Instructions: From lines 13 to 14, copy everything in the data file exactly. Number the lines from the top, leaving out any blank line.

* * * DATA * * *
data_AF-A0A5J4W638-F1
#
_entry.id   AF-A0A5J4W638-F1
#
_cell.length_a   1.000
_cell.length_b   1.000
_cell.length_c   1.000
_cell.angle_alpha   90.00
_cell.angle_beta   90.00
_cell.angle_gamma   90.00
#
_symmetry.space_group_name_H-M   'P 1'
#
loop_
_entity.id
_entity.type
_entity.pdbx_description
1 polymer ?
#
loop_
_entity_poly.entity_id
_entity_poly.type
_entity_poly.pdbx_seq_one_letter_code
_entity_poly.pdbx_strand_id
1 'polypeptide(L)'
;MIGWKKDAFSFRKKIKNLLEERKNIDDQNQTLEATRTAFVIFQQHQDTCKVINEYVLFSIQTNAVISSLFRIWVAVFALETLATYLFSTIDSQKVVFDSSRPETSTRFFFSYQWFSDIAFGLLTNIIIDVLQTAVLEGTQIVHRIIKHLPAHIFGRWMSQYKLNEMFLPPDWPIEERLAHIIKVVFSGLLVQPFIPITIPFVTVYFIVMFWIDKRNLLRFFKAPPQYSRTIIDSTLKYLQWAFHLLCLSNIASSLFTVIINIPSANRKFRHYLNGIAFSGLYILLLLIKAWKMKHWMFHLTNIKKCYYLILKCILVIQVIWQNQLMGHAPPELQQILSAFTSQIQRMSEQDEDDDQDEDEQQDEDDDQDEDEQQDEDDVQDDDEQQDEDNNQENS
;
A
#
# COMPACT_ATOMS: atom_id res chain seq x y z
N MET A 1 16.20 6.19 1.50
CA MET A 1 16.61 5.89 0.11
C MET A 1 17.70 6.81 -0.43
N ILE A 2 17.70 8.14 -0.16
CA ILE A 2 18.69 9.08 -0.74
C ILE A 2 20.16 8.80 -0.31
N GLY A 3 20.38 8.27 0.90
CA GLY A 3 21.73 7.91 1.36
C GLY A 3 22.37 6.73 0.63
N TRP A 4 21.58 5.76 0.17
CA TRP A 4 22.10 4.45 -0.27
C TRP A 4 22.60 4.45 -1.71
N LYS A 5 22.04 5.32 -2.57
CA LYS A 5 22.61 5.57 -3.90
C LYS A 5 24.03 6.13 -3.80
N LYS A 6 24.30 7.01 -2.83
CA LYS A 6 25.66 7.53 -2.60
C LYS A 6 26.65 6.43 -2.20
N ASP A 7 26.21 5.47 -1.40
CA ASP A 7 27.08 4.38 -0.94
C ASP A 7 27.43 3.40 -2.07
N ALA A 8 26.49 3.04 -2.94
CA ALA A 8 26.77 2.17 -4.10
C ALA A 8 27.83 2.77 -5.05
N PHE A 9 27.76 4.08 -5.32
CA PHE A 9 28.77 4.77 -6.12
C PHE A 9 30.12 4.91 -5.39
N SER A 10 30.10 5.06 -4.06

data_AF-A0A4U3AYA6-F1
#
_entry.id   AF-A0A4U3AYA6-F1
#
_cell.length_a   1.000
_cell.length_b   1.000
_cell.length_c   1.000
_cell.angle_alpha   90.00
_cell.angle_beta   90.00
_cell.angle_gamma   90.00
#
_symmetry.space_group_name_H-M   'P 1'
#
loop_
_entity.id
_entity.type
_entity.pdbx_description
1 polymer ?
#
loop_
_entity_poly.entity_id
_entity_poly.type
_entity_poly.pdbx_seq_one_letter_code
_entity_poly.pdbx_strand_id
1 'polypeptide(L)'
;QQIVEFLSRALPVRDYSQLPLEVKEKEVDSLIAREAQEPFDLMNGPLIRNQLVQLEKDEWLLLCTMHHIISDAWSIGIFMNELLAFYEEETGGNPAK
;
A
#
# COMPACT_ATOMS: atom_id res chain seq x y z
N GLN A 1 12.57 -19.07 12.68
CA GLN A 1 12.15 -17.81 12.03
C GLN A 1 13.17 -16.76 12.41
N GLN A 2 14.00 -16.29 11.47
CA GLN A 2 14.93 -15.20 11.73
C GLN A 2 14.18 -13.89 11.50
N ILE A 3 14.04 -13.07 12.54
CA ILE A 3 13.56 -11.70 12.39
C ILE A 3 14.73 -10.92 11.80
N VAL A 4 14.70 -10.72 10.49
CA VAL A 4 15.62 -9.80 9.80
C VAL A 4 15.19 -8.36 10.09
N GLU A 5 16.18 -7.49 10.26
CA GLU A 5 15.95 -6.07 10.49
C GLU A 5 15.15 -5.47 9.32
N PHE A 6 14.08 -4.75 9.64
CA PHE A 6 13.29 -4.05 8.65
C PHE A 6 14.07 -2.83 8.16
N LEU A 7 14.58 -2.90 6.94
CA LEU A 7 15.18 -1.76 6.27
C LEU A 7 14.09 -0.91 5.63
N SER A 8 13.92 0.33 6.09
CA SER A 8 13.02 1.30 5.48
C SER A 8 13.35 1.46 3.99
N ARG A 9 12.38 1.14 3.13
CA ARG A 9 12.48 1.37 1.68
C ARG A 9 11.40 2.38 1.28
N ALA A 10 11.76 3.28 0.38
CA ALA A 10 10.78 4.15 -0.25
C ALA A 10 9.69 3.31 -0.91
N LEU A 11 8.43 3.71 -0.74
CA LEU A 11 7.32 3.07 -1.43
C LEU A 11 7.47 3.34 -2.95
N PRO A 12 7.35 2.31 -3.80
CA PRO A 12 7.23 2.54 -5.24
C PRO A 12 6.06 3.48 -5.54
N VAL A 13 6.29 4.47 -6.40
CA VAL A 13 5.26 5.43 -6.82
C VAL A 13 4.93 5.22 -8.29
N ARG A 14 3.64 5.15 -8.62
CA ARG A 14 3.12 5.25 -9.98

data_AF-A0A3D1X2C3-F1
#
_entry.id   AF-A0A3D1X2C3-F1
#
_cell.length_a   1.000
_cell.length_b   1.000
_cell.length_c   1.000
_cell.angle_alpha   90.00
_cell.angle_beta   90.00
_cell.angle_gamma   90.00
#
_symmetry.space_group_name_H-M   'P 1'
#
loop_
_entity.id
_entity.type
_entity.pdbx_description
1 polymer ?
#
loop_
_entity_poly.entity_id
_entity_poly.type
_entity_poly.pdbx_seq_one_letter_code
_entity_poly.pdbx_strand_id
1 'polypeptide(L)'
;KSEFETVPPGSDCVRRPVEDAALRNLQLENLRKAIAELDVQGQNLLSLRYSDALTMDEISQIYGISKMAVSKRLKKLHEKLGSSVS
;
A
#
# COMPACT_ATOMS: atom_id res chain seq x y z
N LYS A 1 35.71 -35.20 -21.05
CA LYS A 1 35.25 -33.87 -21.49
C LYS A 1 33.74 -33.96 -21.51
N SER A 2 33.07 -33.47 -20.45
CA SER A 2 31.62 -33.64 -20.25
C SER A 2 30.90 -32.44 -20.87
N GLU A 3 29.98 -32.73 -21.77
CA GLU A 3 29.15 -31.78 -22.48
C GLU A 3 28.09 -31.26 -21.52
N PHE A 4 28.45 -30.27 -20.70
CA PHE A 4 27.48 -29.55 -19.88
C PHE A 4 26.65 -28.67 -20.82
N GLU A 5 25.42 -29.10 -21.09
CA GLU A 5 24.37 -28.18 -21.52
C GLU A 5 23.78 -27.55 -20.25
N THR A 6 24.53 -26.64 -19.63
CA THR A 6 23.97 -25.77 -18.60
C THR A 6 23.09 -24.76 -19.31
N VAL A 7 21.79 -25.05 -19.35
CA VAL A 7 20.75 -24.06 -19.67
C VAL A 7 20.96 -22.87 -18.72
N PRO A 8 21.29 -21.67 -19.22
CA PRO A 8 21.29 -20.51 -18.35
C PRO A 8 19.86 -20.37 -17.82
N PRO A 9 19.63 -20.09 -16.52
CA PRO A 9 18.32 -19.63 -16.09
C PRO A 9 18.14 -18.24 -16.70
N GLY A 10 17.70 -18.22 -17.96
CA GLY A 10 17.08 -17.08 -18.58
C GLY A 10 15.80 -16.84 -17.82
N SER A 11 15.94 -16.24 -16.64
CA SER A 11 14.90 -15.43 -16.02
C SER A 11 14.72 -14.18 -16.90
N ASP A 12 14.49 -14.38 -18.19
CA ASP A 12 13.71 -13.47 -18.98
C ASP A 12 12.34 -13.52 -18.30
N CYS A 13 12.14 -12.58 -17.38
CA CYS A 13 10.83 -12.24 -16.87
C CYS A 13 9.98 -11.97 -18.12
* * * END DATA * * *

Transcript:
#
loop_